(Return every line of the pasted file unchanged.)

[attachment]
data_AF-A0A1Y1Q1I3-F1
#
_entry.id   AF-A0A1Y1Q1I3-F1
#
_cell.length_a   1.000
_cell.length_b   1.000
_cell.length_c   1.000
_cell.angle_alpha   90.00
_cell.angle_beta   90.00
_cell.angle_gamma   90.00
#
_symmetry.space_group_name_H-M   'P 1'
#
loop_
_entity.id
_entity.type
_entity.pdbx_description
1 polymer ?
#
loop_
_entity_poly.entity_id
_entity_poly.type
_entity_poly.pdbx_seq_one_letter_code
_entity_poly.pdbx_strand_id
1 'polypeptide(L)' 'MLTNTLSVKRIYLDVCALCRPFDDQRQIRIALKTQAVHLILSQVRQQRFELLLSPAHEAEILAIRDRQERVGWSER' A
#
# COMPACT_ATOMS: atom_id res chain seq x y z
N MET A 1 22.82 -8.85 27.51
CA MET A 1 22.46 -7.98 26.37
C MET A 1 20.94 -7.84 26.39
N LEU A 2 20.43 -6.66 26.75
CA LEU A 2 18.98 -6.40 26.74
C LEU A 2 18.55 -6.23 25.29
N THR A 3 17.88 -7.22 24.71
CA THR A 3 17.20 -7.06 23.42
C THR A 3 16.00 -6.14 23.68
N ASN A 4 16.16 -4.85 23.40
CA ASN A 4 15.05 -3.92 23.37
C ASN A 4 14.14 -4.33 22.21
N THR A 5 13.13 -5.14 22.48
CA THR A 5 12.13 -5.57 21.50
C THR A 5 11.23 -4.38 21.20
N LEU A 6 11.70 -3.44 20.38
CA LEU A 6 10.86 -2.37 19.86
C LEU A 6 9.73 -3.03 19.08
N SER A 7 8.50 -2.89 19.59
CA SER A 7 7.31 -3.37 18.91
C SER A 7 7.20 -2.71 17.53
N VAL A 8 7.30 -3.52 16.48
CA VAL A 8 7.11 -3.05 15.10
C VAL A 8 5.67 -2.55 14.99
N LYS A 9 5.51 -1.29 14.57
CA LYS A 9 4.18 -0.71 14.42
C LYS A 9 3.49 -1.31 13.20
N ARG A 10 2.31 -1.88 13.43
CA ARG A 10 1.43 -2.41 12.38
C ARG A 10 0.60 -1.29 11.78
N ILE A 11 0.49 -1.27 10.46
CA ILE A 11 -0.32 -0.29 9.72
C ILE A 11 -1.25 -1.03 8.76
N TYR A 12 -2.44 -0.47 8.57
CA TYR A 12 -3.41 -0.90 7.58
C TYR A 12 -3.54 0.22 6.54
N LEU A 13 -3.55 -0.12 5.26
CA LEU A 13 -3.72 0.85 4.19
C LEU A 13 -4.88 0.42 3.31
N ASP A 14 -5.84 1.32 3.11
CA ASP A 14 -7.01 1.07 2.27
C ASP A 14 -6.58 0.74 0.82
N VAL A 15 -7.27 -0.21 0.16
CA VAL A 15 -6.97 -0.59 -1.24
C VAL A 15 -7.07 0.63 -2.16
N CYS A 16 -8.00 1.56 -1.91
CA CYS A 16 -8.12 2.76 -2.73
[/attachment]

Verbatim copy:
data_AF-A0A1Y1Q1I3-F1
#
_entry.id   AF-A0A1Y1Q1I3-F1
#
_cell.length_a   1.000
_cell.length_b   1.000
_cell.length_c   1.000
_cell.angle_alpha   90.00
_cell.angle_beta   90.00
_cell.angle_gamma   90.00
#
_symmetry.space_group_name_H-M   'P 1'
#
loop_
_entity.id
_entity.type
_entity.pdbx_description
1 polymer ?
#
loop_
_entity_poly.entity_id
_entity_poly.type
_entity_poly.pdbx_seq_one_letter_code
_entity_poly.pdbx_strand_id
1 'polypeptide(L)' 'MLTNTLSVKRIYLDVCALCRPFDDQRQIRIALKTQAVHLILSQVRQQRFELLLSPAHEAEILAIRDRQERVGWSER' A
#
# COMPACT_ATOMS: atom_id res chain seq x y z
N MET A 1 22.82 -8.85 27.51
CA MET A 1 22.46 -7.98 26.37
C MET A 1 20.94 -7.84 26.39
N LEU A 2 20.43 -6.66 26.75
CA LEU A 2 18.98 -6.40 26.74
C LEU A 2 18.55 -6.23 25.29
N THR A 3 17.88 -7.22 24.71
CA THR A 3 17.20 -7.06 23.42
C THR A 3 16.00 -6.14 23.68
N ASN A 4 16.16 -4.85 23.40
CA ASN A 4 15.05 -3.92 23.37
C ASN A 4 14.14 -4.33 22.21
N THR A 5 13.13 -5.14 22.48
CA THR A 5 12.13 -5.57 21.50
C THR A 5 11.23 -4.38 21.20
N LEU A 6 11.70 -3.44 20.38
CA LEU A 6 10.86 -2.37 19.86
C LEU A 6 9.73 -3.03 19.08
N SER A 7 8.50 -2.89 19.59
CA SER A 7 7.31 -3.37 18.91
C SER A 7 7.20 -2.71 17.53
N VAL A 8 7.30 -3.52 16.48
CA VAL A 8 7.11 -3.05 15.10
C VAL A 8 5.67 -2.55 14.99
N LYS A 9 5.51 -1.29 14.57
CA LYS A 9 4.18 -0.71 14.42
C LYS A 9 3.49 -1.31 13.20
N ARG A 10 2.31 -1.88 13.43
CA ARG A 10 1.43 -2.41 12.38
C ARG A 10 0.60 -1.29 11.78
N ILE A 11 0.49 -1.27 10.46
CA ILE A 11 -0.32 -0.29 9.72
C ILE A 11 -1.25 -1.03 8.76
N TYR A 12 -2.44 -0.47 8.57
CA TYR A 12 -3.41 -0.90 7.58
C TYR A 12 -3.54 0.22 6.54
N LEU A 13 -3.55 -0.12 5.26
CA LEU A 13 -3.72 0.85 4.19
C LEU A 13 -4.88 0.42 3.31
N ASP A 14 -5.84 1.32 3.11
CA ASP A 14 -7.01 1.07 2.27
C ASP A 14 -6.58 0.74 0.82
N VAL A 15 -7.27 -0.21 0.16
CA VAL A 15 -6.97 -0.59 -1.24
C VAL A 15 -7.07 0.63 -2.16
N CYS A 16 -8.00 1.56 -1.91
CA CYS A 16 -8.12 2.76 -2.73